Biden pledges New Deal-like economic agenda to counter Trump

DUNMORE, Pa. (AP) — Democrat Joe Biden turned his campaign against President Donald Trump toward the
economy Thursday, introducing a New Deal-like economic agenda while drawing a sharp contrast with a
billionaire incumbent he said has abandoned working-class Americans amid cascading crises.
The former vice president presented details of a comprehensive agenda that he touted as the most
aggressive government investment in the U.S. economy since World War II. He also accused Trump of
ignoring the coronavirus pandemic and the climate crisis while encouraging division amid a national
reckoning with systemic racism.
"His failures come with a terrible human cost and a deep economic toll," Biden said during a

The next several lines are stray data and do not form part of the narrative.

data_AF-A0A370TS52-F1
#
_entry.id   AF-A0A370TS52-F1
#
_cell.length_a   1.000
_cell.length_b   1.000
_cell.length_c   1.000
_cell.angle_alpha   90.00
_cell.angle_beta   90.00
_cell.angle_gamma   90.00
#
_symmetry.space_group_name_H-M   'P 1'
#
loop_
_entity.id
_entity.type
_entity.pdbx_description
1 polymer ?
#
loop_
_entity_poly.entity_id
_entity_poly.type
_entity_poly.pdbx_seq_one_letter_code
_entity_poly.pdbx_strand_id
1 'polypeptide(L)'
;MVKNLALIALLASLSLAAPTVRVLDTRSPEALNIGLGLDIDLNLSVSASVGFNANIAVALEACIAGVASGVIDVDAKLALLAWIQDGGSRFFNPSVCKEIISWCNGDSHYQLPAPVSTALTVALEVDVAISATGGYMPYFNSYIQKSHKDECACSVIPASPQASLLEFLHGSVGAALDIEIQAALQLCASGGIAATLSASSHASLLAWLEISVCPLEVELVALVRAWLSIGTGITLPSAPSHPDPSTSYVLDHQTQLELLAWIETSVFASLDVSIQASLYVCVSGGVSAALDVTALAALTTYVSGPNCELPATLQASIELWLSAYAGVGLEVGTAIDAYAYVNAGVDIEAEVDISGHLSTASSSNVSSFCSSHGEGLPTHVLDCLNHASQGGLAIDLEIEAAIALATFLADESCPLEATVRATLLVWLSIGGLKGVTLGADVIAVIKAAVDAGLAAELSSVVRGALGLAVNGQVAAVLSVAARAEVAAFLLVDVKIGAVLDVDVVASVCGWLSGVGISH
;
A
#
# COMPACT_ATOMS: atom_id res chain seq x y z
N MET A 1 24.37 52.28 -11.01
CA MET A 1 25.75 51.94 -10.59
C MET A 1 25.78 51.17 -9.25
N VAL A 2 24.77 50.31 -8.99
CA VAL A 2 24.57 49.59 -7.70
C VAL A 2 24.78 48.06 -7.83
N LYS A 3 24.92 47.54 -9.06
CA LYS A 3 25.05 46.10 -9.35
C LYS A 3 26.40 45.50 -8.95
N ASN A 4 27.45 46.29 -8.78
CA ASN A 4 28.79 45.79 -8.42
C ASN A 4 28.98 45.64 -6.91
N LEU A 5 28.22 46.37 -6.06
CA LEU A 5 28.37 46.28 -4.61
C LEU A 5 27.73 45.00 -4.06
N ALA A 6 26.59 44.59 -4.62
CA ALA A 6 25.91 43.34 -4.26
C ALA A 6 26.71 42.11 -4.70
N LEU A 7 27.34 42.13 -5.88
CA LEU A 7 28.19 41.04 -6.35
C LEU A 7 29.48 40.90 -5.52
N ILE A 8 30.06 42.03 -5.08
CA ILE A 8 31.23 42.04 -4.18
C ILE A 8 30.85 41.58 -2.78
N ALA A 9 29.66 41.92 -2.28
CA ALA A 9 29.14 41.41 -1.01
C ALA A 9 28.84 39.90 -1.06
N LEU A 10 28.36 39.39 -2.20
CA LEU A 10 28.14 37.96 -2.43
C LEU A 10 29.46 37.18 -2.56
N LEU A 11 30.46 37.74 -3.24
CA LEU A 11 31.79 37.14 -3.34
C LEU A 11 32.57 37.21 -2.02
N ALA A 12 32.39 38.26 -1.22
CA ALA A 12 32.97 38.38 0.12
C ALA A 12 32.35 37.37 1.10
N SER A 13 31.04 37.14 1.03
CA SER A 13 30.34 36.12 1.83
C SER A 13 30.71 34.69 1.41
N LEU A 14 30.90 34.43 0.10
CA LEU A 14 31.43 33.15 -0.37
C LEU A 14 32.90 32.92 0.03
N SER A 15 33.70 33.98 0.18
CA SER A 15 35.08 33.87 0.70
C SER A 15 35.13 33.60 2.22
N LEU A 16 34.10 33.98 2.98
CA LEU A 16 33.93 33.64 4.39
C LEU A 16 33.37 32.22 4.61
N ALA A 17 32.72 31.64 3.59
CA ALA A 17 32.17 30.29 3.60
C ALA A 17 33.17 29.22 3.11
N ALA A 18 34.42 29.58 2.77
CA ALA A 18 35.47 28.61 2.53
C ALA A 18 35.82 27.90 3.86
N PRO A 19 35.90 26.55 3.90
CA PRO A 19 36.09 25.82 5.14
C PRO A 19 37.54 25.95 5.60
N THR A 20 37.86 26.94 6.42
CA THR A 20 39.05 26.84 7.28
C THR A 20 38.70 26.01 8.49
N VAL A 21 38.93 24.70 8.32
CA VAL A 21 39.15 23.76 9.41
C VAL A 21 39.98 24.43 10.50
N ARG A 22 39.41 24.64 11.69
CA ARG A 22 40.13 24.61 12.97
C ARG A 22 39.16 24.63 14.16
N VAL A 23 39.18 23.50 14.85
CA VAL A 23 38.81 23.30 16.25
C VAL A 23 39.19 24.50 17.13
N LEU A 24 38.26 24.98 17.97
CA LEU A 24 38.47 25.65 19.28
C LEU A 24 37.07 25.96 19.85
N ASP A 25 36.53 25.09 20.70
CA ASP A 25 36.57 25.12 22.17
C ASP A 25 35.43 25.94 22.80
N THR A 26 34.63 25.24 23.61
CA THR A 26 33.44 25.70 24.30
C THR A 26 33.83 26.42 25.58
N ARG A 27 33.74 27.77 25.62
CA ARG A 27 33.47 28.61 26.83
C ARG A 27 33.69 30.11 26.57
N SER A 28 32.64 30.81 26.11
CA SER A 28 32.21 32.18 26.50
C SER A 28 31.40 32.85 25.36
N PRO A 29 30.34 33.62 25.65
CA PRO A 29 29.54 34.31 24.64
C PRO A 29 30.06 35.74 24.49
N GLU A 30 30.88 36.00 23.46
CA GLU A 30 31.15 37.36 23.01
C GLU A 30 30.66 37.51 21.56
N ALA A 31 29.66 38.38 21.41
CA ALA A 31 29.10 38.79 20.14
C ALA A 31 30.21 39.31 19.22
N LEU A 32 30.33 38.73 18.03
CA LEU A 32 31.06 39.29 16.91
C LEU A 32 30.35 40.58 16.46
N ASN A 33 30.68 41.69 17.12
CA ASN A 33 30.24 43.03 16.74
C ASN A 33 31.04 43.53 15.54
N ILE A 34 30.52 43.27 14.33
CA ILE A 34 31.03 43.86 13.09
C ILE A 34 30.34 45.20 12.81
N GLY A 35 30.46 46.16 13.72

30-minute address at a metal works firm near his childhood hometown of Scranton, Pennsylvania.
"Time and again, working families are paying the price for this administration’s
Biden’s shift to the economy meets Trump on turf the Republican president had seen as his strength before
the pandemic severely curtailed consumer activity and drove unemployment to near-Great Depression
levels. Now, Biden and his aides believe the issue is an all-encompassing opening that gives Democrats
avenues to attack Trump on multiple fronts while explaining their own governing vision for the country.

The former vice president began Thursday with proposals intended to reinvigorate the U.S. manufacturing
and technology sectors.
Biden called for a $400 billion, four-year increase in government purchasing of U.S.-based goods and
services, plus $300 billion in new research and development in U.S. technology firms. He proposed
tightening current "Buy American" laws that are intended to benefit U.S. firms but that
government agencies can circumvent.
The procurement overhaul is based on ideas Biden has discussed with his former presidential rival, Sen.
Elizabeth Warren, who offered similar proposals during the Democratic primary. Those moves would create
5 million new jobs, Biden said.